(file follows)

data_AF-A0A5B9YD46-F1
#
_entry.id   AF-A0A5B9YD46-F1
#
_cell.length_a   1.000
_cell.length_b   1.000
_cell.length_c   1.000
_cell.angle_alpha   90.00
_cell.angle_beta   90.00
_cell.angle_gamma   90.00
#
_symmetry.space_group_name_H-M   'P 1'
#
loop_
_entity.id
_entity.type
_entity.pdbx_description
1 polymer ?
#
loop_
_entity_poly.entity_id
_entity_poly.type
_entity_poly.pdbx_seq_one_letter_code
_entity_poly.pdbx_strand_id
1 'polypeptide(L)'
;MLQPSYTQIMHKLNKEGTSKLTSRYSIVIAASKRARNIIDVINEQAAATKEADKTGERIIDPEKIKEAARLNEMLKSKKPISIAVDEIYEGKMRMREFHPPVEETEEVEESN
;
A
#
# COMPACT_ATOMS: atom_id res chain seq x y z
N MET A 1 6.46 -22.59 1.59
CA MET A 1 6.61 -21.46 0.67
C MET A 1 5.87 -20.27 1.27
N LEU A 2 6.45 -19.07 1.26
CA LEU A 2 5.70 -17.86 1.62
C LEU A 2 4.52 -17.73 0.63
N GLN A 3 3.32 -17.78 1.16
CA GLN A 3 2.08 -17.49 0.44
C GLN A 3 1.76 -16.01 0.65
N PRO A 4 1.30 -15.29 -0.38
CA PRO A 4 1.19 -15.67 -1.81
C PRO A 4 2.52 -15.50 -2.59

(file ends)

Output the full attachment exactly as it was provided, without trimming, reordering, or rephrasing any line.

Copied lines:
data_AF-A0A5B9YD46-F1
#
_entry.id   AF-A0A5B9YD46-F1
#
_cell.length_a   1.000
_cell.length_b   1.000
_cell.length_c   1.000
_cell.angle_alpha   90.00
_cell.angle_beta   90.00
_cell.angle_gamma   90.00
#
_symmetry.space_group_name_H-M   'P 1'
#
loop_
_entity.id
_entity.type
_entity.pdbx_description
1 polymer ?
#
loop_
_entity_poly.entity_id
_entity_poly.type
_entity_poly.pdbx_seq_one_letter_code
_entity_poly.pdbx_strand_id
1 'polypeptide(L)'
;MLQPSYTQIMHKLNKEGTSKLTSRYSIVIAASKRARNIIDVINEQAAATKEADKTGERIIDPEKIKEAARLNEMLKSKKPISIAVDEIYEGKMRMREFHPPVEETEEVEESN
;
A
#
# COMPACT_ATOMS: atom_id res chain seq x y z
N MET A 1 6.46 -22.59 1.59
CA MET A 1 6.61 -21.46 0.67
C MET A 1 5.87 -20.27 1.27
N LEU A 2 6.45 -19.07 1.26
CA LEU A 2 5.70 -17.86 1.62
C LEU A 2 4.52 -17.73 0.63
N GLN A 3 3.32 -17.78 1.16
CA GLN A 3 2.08 -17.49 0.44
C GLN A 3 1.76 -16.01 0.65
N PRO A 4 1.30 -15.29 -0.38
CA PRO A 4 1.19 -15.67 -1.81
C PRO A 4 2.52 -15.50 -2.59